And here is another thoughtful take on the same subject.
“Kids These Days: Why They Think Differently and What We Should Do About It”
BJU Press White Paper
I spent the month of July teaching a Computer Science class at the Pyongyang University of Science and Technology (PUST) in North Korea. It was a good trip, and I greatly enjoyed beginning to build relationships with students and staff. I am not ready to blog about the full details of that trip yet. It is difficult to reconcile all the various sources of information about North Korea with what I saw there.
However, a recent book describes in detail the part of North Korea represented by PUST. The book is titled Only Beautiful, Please: A British Diplomat in North Korea. It was written by John Everard, a former British ambassador to North Korea. His descriptions of life in Pyongyang closely match my experiences there. It is recommended reading for anyone interested in North Korea.
After my chapel sermon on February 22, several people have asked follow-up questions. The following comments may help to answer some of these questions.
Someone asked about following your parents’ lifestyle and personal preferences. In the case of the Rechabites the practices in question were commanded by Jonadab. When I say, “your parents are strict,” I mean they are strict in the guidelines they try to enforce on you and ask you to follow. Your parents may have personal practices that they do not expect you to follow. You may have their blessing to be less strict in some areas. The application was not intended to mean that you should exactly copy your parents lifestyle. However, where your parents expect you to follow their example, then you need to think seriously about how best to honor them.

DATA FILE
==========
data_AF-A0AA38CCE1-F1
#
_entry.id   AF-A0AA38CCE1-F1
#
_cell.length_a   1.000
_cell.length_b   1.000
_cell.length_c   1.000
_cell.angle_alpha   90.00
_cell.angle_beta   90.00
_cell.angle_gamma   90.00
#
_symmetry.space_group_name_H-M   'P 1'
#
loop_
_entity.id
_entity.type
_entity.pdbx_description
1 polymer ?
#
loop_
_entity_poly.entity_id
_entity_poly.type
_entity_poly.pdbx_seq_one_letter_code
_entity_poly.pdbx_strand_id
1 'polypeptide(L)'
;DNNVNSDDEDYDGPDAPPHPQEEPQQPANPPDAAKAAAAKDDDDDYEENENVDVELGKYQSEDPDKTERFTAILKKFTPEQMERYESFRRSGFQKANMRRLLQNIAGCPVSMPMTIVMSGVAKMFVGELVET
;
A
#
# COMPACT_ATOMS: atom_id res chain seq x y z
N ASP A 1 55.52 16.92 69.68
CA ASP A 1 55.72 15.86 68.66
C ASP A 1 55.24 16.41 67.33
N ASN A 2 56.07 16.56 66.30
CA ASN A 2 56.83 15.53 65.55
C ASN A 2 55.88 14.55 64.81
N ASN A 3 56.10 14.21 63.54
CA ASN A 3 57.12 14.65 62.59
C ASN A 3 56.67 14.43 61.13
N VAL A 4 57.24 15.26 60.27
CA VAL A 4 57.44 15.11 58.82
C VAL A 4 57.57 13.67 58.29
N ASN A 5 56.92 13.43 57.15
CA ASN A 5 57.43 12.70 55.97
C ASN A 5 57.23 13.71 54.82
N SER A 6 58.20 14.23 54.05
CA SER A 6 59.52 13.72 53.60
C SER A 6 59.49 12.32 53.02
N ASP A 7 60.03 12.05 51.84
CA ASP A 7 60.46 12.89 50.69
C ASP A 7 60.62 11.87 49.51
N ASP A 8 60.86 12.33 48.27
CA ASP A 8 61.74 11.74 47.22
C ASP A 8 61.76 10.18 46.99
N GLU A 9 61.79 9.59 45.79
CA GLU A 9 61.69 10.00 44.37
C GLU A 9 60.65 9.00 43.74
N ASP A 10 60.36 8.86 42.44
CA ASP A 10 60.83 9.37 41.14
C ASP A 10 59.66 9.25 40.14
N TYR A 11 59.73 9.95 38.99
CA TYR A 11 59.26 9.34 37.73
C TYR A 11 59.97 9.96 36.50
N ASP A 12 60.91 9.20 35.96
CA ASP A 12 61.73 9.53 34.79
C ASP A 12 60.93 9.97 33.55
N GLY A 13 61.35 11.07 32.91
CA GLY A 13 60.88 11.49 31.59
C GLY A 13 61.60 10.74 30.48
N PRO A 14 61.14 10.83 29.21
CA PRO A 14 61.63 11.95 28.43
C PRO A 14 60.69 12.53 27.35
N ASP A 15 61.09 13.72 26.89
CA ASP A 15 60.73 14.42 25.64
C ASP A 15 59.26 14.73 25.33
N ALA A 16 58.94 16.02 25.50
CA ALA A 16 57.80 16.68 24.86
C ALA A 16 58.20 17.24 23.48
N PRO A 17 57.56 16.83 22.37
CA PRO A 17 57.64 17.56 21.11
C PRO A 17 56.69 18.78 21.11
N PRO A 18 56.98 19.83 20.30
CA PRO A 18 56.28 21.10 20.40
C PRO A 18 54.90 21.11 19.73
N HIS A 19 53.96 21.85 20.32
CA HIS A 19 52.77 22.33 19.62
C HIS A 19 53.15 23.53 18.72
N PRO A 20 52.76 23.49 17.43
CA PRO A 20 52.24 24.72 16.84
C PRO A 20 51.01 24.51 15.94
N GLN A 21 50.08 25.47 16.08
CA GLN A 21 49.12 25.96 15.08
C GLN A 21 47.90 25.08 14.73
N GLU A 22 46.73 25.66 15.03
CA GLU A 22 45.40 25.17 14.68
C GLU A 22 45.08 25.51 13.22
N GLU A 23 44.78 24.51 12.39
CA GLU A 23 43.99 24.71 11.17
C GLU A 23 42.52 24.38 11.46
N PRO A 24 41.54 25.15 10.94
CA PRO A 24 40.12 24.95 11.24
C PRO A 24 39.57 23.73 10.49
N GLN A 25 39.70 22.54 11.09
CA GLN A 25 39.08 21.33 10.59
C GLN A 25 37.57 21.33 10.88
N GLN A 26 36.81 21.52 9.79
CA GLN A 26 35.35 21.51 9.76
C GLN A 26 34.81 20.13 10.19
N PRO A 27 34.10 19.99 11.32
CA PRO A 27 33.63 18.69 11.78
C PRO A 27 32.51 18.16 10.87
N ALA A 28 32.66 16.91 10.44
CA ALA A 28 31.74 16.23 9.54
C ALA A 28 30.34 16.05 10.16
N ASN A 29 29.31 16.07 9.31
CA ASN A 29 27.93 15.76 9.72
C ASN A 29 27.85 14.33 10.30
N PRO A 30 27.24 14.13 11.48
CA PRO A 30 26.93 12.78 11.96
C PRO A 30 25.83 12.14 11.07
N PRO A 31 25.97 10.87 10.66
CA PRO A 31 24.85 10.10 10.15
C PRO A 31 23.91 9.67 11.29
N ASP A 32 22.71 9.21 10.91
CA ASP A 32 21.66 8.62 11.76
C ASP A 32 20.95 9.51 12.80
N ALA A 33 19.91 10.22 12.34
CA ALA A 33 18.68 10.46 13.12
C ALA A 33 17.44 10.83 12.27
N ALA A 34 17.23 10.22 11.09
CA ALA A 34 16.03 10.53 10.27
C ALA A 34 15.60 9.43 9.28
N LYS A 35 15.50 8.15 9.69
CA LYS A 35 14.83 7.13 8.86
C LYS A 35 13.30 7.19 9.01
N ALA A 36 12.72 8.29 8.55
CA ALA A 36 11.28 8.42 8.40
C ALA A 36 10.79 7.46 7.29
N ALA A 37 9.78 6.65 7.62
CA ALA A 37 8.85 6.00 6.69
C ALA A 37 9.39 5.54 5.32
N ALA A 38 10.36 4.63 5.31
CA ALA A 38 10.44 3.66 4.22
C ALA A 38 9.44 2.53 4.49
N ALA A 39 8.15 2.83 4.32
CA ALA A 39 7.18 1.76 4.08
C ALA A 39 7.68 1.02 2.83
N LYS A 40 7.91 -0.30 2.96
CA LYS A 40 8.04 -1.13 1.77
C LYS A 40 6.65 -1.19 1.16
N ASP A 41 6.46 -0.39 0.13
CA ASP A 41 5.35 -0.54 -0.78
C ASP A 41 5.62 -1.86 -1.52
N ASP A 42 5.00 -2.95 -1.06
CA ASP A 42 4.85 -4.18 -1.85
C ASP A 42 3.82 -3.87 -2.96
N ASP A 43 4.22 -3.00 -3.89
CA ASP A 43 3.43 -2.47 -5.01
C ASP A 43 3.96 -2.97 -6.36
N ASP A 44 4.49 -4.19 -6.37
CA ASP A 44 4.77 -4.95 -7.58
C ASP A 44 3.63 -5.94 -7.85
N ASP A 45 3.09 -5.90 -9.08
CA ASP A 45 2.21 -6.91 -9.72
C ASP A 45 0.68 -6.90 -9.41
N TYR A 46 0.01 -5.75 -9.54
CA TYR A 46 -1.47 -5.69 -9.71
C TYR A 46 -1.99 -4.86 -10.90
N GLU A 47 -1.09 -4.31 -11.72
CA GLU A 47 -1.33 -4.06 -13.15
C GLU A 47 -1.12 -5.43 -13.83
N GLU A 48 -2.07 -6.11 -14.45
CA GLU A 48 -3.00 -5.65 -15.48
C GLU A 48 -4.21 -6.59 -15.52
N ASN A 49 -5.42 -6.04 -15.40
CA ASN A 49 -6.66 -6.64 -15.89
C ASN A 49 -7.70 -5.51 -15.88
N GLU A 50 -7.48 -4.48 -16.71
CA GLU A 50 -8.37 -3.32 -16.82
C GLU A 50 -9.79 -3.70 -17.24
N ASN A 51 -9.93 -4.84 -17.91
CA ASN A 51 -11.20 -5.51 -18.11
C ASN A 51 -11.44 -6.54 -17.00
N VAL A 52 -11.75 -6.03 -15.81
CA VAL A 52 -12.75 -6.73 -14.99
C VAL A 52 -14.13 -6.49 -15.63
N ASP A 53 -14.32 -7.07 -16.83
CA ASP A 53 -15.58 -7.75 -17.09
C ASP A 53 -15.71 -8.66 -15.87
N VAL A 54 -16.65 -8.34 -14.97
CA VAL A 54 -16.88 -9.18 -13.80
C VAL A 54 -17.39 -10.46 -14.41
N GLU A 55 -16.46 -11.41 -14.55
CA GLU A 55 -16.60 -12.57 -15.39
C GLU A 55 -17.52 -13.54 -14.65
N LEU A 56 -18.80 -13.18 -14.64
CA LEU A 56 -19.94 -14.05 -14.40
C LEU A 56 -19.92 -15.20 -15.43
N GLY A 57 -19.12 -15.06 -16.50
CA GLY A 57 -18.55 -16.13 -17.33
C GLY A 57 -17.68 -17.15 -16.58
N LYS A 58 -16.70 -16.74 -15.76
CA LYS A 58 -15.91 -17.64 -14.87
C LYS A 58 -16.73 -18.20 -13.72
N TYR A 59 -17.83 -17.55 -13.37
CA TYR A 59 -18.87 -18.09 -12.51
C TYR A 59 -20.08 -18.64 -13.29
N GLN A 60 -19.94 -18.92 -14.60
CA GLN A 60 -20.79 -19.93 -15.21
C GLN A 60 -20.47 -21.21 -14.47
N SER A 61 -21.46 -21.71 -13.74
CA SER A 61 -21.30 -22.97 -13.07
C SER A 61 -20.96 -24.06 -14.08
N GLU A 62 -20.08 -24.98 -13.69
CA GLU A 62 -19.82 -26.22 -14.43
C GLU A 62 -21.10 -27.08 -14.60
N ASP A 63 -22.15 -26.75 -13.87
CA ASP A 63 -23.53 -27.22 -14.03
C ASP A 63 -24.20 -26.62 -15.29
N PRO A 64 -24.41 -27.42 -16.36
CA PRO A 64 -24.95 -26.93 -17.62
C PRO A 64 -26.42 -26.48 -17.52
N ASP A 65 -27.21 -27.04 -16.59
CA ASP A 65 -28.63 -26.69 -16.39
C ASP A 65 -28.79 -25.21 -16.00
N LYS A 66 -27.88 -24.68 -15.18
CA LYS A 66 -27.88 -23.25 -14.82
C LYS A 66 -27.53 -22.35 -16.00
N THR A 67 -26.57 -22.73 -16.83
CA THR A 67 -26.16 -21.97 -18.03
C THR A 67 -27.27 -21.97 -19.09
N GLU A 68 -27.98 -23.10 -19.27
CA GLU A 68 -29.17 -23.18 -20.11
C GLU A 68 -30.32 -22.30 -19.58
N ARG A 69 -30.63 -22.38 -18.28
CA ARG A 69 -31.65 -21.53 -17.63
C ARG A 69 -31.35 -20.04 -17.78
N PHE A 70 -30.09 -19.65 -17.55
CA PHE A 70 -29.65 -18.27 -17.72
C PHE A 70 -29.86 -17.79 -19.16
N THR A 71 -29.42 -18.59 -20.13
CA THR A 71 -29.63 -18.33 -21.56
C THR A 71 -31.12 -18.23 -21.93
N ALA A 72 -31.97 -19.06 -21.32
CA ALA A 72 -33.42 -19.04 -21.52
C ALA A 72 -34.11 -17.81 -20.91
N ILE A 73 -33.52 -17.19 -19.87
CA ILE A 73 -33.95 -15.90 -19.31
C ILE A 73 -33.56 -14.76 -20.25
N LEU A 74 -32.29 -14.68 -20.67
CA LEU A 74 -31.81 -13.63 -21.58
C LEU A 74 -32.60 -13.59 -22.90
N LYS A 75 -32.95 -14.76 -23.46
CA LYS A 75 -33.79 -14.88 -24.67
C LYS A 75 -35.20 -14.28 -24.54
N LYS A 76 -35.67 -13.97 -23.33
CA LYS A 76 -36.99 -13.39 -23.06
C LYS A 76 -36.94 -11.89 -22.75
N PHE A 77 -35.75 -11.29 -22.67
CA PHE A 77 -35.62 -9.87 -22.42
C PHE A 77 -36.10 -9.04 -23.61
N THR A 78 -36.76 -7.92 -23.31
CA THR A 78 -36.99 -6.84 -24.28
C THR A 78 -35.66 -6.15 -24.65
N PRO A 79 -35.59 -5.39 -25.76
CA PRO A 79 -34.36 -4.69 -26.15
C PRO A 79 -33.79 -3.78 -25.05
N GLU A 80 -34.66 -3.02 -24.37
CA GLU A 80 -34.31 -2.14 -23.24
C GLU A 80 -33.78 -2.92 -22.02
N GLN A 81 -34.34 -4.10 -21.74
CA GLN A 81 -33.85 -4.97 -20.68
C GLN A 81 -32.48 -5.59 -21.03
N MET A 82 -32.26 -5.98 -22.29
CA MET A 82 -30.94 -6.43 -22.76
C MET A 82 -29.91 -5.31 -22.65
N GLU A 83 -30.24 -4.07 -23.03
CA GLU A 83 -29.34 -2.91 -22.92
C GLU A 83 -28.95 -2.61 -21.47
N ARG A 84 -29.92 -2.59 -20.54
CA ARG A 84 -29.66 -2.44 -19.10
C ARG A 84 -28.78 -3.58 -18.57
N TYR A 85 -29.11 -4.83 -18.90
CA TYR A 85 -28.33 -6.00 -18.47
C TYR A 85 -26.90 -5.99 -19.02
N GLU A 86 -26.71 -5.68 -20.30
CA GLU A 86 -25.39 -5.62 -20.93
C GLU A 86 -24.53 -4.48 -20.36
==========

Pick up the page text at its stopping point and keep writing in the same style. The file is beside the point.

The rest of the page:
Some people have asked about the limits of parental obedience. This can be a difficult question, but there is an interesting answer in the story itself, in Jeremiah 35:11. The command was to live in tents. However, at the time of this meeting with Jeremiah the Rechabites are apparently not actually living in tents. They explain almost apologetically that the Babylonian invasion has forced them to temporarily move to Jerusalem for safety. Nevertheless in verse 10 they say, “we have obeyed.” Jeremiah agrees in verse 18 when he says, “you have obeyed.” This temporary move in time of war is not considered to be disobedience. It acknowledges that there may be legitimate exceptions in special cases. But be careful about our tendency often to think our situation is an exception when it really isn’t.
Finally some have pointed out that the main point of Jeremiah’s sermon was not about honoring your parents. This is true. If you ask, “Why is Jeremiah 35 in the Bible,” I don’t think the primary reason is, “to encourage you to obey and honor your parents.” But the Rechabite illustration is longer than the recorded sermon, and when the sermon is over Jeremiah adds the post-script of verses 18-19 commending the Rechabites for their obedience. So why is the Rechabite illustration itself recorded in the Bible and what do we learn from it? I think verses 18-19 in particular mean that we should reflect on and take as a positive example the Rechabites themselves. We should not limit the application of this chapter merely to national disobedience to God. These things were recorded “for examples,” not just for historical record.